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U.S., Colombian governments work to to deter drug trafficking

As part of its Air Bridge Denial Program, the Colombian Air Force has several U.S.-provided OV-10 Bronco aircraft it uses to force or shoot down illegal flights that are either entering or exiting the country. (Air Force photo)

As part of its Air Bridge Denial Program, the Colombian Air Force has several U.S.-provided OV-10 Bronco aircraft it uses to force or shoot down illegal flights that are either entering or exiting the country. (Air Force photo)

BOGOTA, Colombia (AFPN) -- While there are thousands of Airmen deployed to Iraq and Afghanistan in support of the much publicized and deliberate war against terrorism, there is another group of Airmen deployed to Colombia as part of a separate and almost invisible war altogether. 

This war is combating illegal air trafficking. On a routine basis, weapons and money pour over the nation's borders as insurgents trade for these items by selling drugs. The weapons and money are flown into the county via illegal aircraft that land at makeshift landing strips, unload their cargo and then fly out of the country laden with tons of cocaine. The weapons are then used by the insurgents to combat the Colombian government, a war that has been waging for decades. 

Then, in 2003, the U.S. and Colombian governments reinstated a program designed to decrease and eventually eliminate these illegal flights. The program, called Air Bridge Denial, uses a network of radars, aircraft and people to detect, intercept and either force or shoot down illegal aircraft entering and leaving Colombia. 

"This program is a cooperative effort among members of the Air Force, the Joint Interagency Task Force, the Department of State and the Colombian government," said the program's manager, who is a member of the State Department. "At its heart is trust between these organizations that allows them to act together to accomplish this mission." 

This trust has paid off. In only three and a half years since its inception, the Air Bridge Denial program has reduced the amount of illegal flights into and out of the country by 70 percent and has lead to the seizure of over 15 metric tons of cocaine, figures that are higher than any of the agencies involved expected. 

The program works like this: Any one of a variety of radars will pick up an aircraft during a routine sweep and its operators will contact the command and control center, which is manned by Air Force personnel, and ask if this aircraft is a military or other government aircraft.

If it isn't, then one of five Citation aircraft belonging to the program moves into the area to find the unidentified aircraft. The Citations are fitted with radar in their noses that allows them to find and track illegal planes. Once a Citation's crew has "eyes on" the unidentified craft and the determine that it is an illegal flight, they alert the Colombian Air Force and an aircraft, such as the U.S. provided OV-10 Bronco, is scrambled to intercept it.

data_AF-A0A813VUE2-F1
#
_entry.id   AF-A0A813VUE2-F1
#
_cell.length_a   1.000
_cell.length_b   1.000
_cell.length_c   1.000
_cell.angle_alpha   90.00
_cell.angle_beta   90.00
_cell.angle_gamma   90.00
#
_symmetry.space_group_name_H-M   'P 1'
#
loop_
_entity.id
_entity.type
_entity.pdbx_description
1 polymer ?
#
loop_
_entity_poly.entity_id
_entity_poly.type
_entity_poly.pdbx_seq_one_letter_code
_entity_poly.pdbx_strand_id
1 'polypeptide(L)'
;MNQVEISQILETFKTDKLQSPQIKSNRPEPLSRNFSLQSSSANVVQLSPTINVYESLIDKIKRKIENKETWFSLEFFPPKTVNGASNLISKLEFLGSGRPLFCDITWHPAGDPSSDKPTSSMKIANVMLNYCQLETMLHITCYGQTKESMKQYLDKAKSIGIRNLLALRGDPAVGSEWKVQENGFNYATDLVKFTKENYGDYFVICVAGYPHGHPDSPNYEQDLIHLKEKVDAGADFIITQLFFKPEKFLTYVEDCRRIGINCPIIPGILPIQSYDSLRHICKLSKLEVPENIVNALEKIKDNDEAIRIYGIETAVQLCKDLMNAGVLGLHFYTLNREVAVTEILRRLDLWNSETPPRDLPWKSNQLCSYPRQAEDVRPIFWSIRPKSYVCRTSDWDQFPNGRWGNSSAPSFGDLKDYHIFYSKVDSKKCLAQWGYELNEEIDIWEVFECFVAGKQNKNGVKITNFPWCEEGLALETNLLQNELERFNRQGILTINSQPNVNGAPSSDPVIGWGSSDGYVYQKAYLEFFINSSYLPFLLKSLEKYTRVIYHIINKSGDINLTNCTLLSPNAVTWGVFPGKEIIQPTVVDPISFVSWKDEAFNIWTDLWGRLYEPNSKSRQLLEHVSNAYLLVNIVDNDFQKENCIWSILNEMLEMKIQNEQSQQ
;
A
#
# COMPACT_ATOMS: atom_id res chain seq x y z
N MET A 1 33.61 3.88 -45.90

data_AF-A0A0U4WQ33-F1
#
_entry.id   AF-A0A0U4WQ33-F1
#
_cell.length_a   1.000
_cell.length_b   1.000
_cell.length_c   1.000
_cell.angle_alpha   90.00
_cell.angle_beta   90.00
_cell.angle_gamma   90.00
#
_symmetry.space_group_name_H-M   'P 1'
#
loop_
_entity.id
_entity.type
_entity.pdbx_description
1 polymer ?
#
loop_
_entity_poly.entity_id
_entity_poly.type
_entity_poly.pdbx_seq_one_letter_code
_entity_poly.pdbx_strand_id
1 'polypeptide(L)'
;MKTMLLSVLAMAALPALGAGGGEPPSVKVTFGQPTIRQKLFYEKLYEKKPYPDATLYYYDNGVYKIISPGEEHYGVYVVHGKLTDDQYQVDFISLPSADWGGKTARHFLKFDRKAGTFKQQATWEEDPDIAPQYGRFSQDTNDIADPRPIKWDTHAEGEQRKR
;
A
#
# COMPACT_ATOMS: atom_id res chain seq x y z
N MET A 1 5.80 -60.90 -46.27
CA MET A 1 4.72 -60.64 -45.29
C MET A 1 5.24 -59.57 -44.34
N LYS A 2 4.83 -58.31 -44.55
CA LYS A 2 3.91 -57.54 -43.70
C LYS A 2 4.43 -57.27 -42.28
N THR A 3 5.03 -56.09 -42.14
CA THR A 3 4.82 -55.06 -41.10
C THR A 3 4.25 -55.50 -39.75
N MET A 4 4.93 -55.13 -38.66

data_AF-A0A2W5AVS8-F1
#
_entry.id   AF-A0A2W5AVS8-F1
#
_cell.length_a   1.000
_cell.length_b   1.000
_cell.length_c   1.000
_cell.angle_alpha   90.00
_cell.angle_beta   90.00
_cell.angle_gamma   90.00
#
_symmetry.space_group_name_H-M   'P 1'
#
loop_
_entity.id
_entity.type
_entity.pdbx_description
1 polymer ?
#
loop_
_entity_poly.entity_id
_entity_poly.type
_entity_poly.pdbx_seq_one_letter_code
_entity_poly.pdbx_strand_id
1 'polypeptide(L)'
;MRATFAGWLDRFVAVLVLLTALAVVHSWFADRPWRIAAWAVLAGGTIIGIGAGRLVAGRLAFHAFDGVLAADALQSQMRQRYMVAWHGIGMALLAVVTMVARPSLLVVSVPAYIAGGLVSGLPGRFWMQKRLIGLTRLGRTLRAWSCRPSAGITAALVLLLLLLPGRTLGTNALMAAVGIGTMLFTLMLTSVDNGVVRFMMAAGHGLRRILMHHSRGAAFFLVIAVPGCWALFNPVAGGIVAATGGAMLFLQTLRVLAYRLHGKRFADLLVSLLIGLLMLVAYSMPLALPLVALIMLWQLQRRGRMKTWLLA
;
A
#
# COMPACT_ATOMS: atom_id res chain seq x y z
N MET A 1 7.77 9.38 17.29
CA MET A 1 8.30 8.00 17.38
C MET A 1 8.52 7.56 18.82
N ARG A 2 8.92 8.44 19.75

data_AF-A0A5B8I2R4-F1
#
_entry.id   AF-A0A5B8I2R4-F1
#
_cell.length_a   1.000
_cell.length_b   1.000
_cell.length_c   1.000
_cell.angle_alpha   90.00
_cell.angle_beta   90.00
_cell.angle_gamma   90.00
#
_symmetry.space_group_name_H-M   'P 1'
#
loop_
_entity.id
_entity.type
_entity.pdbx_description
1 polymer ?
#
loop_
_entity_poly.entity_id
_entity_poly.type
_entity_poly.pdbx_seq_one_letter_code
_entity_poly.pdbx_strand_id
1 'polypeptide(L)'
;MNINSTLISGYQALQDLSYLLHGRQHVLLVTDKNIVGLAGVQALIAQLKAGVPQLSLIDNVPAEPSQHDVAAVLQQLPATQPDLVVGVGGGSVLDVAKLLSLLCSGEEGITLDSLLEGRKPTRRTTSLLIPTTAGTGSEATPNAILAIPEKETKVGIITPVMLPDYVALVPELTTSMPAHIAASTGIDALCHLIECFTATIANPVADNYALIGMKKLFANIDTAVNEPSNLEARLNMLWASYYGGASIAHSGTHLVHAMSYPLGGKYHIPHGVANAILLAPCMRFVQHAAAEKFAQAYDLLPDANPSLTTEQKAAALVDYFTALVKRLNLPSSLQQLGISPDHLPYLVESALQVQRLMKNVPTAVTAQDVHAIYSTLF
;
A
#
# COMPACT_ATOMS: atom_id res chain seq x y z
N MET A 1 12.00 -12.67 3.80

Throughout this process, the Colombian aircraft attempts to make radio contact with the unidentified plane and issues instructions for it to land. If the plane maintains radio silence and ignores the Colombian's instructions, then the fighter plane will fire warning shots to further persuade the illegal aircraft to land. If the pilot of the illegal plane still refuses to land, then the fighter jet has the authority to shoot it down. 

"These are rare instances when we have to shoot down an aircraft," said an Air Force official with the program. "But they serve to deter further illegal flights and help the Colombian government maintain sovereignty of their air space." 

Typically, the illegal aircraft do land and their contents are either seized or destroyed. 

"Our ultimate goal is to eliminate all illegal flights into and out of Colombia," said the Air Bridge Denial program manager. 

Still, they are facing a smart enemy. Now, instead of conducting long flights over much of the country, the insurgents are flying their aircraft just over the boarder before landing, a tactic that makes it hard for radar or Colombian aircraft to detect these illegal flights. 

Even if they do detect a flight, by the time they are able to move into the area where the illegal aircraft was last seen the aircraft will have already landed and been camouflaged among the jungle terrain that dominates much of the country. 

The agencies involved are still confident in their ultimate success, however. 

"We realize we are fighting an adaptive group of individuals," said the program manager. "But we have more tools and resources available that allow us to be just as adaptive as they are." 

The Colombian government is also certain the program will have positive long-term effects on the country and its relationship with the U.S. 

"We have a strong relationship already," said a Colombian military official. "Working together with this program has only made it stronger and I see a bright future ahead of us."

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